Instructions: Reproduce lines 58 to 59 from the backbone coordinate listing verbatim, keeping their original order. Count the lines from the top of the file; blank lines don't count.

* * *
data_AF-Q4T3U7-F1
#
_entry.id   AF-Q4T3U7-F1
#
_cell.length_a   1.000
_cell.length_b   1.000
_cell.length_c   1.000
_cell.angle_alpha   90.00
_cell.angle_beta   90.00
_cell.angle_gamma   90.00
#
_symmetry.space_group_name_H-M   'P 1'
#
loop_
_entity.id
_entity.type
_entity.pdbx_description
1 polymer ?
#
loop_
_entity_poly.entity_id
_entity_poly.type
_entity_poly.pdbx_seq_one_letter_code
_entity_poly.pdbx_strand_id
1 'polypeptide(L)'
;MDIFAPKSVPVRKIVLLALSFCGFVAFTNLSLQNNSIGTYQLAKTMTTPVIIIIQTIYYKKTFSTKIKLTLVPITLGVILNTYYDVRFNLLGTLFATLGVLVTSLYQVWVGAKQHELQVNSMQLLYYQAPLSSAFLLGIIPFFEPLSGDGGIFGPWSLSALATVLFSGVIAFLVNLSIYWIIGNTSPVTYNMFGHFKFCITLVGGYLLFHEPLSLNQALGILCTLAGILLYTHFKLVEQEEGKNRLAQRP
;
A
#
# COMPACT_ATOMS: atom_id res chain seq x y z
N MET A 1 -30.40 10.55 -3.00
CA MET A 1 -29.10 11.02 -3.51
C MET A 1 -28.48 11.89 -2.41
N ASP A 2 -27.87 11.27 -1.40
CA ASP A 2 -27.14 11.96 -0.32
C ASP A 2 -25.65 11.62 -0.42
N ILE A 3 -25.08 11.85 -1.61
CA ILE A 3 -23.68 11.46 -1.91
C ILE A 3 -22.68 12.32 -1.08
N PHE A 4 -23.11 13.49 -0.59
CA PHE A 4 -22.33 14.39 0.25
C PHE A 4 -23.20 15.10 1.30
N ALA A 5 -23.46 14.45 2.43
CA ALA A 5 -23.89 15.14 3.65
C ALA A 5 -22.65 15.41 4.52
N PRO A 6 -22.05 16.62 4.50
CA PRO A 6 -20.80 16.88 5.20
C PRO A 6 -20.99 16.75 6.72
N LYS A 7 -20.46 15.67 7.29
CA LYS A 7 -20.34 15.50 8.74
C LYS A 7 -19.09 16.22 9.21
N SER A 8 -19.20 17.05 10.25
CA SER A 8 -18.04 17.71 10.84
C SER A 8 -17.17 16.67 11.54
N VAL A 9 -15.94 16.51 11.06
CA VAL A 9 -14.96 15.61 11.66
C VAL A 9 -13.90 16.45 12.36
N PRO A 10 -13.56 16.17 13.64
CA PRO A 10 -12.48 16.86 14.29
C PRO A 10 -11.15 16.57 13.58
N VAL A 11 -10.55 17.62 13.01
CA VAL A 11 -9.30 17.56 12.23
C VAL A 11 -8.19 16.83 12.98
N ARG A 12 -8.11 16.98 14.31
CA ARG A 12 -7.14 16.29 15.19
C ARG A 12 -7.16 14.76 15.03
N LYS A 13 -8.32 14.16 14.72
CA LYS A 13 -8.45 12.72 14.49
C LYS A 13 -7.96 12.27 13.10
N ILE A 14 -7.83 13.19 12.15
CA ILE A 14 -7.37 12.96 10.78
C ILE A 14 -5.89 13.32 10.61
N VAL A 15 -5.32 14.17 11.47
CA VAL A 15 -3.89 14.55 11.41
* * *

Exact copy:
N PRO A 10 -13.56 16.17 13.64
CA PRO A 10 -12.48 16.86 14.29